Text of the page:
We are delighted to announce that Mr. Sebastian Pagani is joining our faculty next year!
Mr. Pagani has been with Great Hearts since 2008. He obtained his first BA from St. John's College in Santa Fe, NM. He holds a second BA in Classical Philology from the University of Cincinnati, where he took multiple graduate level courses and was welcomed directly into the Ph.D. programme in Classics at the University of Toronto, Ontario, Canada. In addition to Ancient Greek and Latin, Mr. Pagani had also taught Spanish and English before joining Great Hearts. He also served as the head Cross-Country and Track & Field coach at Scottsdale Prep, before he joined Veritas, where he helped to coach the Cross-Country team in his first year.
Mr. Pagani loves and continues to cultivate his knowledge of classical philology, literature, languages, and linguistics. He has created and led student & faculty clubs focussed on Old English, Old Norse, Old Irish, J.R.R. Tolkien's Linguistic Creations, Classical Hebrew, Conversational Latin, and Classical Latin verse composition. He is particularly fascinated by ancient languages, literatures, and music.
Our students prepared a few questions for Mr. Pagani:
When did you decide to become a teacher and why?
I always loved being in school, and I loved learning. Life is rich and beautiful when I am learning and discovering new (or very old) things. In college, every subject fascinated me, and I loved the structure that the academic life provided. I always enjoyed learning together with others and helping them with the languages. Joining Great Hearts only defined and formalized my vocation. At first, I did this because I loved the languages and the literature; I soon discovered that I loved spending my days with the students. The chance to continue pursuing the things I love and to share them with others has kept me in the profession.
How did you become interested in languages?
I discovered foreign language very early in life. My mother-tongue is Spanish, but I heard a lot of Italian and Portuguese as well before I even realized that these were different languages. When I finally arrived on north-American shores, I really could not speak English, and could not go to school until I had
learned it a year later. At the age of nine, I decided I wanted to learn German; this was the first language that I tried to learn from books. In school, I was given French, Latin, and more German. I went on to study more of these and other languages on my own from books and in my travels, and I never stopped.
The reason I love them so much is that each one is a different way of thinking or speaking; each has its own intellectual flavor and beauty, its own melody, rhythm, and musical quality; each is a different way of considering and experiencing the world. Languages make it possible for the student to travel through books to distant times and places.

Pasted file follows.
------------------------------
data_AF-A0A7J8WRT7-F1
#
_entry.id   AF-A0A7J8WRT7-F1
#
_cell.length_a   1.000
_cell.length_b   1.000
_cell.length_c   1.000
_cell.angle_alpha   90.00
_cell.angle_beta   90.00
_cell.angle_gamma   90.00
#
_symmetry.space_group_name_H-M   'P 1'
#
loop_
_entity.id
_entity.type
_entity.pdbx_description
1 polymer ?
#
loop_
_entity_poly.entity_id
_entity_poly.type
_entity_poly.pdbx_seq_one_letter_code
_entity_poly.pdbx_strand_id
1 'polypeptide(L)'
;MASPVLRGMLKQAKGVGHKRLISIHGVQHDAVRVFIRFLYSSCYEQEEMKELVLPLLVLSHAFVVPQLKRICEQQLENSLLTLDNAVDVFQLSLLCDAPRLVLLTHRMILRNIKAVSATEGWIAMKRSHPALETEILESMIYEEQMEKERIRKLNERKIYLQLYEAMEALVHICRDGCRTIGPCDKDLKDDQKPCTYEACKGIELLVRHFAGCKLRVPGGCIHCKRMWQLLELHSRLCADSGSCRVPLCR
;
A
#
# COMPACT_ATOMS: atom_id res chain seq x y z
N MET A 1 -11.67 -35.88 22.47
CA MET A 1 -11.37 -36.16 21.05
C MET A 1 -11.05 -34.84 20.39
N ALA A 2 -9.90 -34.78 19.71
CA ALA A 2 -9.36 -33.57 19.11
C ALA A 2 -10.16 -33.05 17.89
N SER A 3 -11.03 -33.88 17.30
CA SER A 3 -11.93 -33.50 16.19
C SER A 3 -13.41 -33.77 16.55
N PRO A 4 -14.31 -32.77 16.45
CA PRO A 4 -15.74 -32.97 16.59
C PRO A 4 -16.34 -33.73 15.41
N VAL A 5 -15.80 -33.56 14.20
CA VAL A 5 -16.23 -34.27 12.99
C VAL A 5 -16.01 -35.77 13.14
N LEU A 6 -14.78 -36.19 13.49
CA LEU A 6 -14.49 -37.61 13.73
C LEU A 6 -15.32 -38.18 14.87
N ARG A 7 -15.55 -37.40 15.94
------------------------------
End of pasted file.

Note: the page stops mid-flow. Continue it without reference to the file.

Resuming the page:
How do you best connect with students?
Through the great literature that we read together; or through the languages we are studying. I like to run philological clubs that have focussed most recently on medieval languages: Old English, Old Norse, Old Irish, but also classical Hebrew, and Middle Egyptian (that’s hieroglyphic). I have also run clubs on Tolkien’s linguistic inspirations, conversational Latin, and Latin verse composition. I have thought about starting a creative writing club because I don’t think we do enough creative writing. I also like chatting with the students during lunch.
If you could have dinner with anyone from history or literature, who would it be?
Ah, but I do this all the time! I have the books, and when I sit to read I enjoy the thoughts and company of ancient minds in their own languages. A book is like a ship that carries a writer’s thoughts down along the streams of time until they should wind up upon our shores. When we open one of these books, we board that ship and find ourselves in other times and places.
The answer to such a question for me always varies according to my mood at any given moment, or perhaps depends upon what I am reading or studying at the time, but why limit this to a dinner? Let us spend a bit more time and see what we could do. Here is a brief list of possibilities that suggested themselves to me this time: Jesus, Charlemagne, Vergil, Ovid, Caesar, Cicero, Scipio Aemilianus Africanus, Livius Andronicus, Sophocles, Euripides, Aristophanes, Clodia, Tolstoy, Herodotus, Albert Schweitzer, an Anglo-Saxon bard, J.R.R. Tolkien, Erasmus of Rotterdam, and St. Exupéry.
Welcome to North Phoenix Prep, Mr. Pagani!